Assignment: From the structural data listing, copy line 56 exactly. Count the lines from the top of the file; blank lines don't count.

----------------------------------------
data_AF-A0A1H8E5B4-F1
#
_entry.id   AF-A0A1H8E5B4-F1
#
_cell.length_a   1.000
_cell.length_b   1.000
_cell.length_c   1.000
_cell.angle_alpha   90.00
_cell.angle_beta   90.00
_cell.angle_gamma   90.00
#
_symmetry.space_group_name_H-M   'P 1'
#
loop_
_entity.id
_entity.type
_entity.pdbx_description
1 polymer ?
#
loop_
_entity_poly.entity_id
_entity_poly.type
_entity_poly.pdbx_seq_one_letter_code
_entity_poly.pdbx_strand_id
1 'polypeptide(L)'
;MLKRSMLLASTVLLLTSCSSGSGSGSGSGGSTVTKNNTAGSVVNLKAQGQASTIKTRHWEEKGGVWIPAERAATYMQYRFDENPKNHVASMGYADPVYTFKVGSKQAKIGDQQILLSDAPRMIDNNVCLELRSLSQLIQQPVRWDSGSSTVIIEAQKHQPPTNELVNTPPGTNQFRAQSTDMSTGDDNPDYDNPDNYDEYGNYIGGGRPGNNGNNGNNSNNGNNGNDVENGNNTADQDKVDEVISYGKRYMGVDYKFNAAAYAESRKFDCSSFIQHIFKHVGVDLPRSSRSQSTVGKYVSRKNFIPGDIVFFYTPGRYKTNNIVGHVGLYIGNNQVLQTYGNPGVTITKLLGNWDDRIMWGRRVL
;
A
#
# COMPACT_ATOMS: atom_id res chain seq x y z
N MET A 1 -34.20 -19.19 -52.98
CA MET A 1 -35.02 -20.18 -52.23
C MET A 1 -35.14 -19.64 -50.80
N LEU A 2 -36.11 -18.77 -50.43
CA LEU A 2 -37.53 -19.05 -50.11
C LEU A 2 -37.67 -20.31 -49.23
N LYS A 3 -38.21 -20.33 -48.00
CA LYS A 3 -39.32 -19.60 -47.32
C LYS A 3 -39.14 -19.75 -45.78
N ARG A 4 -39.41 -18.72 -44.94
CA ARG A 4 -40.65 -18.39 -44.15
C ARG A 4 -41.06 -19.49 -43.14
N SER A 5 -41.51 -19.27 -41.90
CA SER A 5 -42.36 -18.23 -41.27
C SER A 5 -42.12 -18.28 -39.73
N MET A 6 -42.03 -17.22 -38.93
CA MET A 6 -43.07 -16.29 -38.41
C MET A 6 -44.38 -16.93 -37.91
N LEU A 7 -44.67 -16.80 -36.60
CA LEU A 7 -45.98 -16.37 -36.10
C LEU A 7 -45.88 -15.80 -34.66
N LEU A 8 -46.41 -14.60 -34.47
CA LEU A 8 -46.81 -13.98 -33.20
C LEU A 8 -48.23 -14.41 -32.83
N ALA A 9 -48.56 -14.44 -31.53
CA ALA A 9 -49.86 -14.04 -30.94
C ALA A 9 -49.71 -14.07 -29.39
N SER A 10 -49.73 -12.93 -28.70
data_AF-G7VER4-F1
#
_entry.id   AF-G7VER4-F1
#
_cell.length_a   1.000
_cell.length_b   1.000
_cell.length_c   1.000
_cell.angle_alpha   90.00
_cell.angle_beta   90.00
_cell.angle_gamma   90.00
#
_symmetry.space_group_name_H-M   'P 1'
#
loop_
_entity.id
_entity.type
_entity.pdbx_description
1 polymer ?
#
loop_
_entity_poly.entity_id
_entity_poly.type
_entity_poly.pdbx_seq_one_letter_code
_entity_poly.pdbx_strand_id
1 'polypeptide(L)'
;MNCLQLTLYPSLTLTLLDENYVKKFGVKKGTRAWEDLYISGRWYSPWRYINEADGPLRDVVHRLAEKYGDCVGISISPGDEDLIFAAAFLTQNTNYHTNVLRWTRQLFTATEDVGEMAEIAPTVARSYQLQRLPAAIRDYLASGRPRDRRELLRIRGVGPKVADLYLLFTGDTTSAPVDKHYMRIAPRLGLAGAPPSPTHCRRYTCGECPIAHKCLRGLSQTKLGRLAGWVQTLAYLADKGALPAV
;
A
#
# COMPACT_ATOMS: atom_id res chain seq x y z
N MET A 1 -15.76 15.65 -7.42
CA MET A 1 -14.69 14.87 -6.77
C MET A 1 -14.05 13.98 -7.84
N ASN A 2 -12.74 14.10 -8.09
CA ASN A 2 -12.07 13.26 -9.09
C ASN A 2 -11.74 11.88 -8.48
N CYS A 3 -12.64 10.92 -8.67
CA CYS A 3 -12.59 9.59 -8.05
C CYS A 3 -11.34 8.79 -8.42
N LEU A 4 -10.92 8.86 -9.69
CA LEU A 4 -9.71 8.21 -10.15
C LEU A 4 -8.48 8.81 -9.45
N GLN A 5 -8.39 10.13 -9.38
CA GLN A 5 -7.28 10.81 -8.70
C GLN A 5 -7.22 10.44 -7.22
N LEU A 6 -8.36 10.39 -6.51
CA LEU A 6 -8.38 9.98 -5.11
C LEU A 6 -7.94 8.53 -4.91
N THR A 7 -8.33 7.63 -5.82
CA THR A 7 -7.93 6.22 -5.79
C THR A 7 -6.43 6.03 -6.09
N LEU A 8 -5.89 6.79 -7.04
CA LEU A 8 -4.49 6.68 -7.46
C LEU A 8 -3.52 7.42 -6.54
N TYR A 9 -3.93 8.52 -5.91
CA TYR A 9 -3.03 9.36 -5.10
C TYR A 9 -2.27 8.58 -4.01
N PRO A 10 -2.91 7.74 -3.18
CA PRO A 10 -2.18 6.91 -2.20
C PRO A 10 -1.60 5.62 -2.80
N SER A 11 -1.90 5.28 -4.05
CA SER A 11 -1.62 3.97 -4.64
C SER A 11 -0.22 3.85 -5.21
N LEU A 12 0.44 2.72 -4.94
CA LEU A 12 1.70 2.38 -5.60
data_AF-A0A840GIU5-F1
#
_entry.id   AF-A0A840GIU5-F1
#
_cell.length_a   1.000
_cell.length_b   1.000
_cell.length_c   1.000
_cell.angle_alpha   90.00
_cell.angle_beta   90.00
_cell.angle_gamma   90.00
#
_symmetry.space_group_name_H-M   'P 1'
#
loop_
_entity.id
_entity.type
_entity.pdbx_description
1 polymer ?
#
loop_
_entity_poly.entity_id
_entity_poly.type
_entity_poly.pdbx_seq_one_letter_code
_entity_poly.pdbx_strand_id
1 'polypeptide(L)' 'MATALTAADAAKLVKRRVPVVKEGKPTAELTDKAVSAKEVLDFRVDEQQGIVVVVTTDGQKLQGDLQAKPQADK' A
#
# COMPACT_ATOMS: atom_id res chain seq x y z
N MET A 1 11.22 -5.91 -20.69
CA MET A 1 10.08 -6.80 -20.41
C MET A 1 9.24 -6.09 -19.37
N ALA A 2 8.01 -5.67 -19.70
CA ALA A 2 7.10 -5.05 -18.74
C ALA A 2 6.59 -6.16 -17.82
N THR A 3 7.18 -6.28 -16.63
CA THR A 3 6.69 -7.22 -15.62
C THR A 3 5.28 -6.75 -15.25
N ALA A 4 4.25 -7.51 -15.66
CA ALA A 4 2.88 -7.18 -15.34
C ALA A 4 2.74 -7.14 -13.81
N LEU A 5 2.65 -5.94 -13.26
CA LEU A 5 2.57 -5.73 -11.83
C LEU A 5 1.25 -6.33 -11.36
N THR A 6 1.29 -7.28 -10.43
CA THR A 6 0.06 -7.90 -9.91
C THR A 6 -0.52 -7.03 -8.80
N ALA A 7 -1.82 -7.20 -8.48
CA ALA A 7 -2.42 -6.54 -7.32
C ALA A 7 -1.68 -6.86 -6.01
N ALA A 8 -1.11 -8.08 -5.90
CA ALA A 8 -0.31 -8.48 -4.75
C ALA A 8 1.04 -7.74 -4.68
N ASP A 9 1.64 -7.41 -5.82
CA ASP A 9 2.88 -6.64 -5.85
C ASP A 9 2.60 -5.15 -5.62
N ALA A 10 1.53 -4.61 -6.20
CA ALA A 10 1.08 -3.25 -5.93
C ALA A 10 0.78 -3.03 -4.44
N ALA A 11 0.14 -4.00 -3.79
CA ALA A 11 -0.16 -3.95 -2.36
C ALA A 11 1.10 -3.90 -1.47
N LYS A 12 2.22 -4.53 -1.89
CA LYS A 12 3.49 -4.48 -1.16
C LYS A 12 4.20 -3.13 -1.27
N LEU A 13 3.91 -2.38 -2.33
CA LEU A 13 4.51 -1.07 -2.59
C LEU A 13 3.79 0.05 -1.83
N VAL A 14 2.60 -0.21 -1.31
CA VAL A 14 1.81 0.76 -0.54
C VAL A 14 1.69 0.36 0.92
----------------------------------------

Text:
CA ALA A 9 -49.86 -14.04 -30.94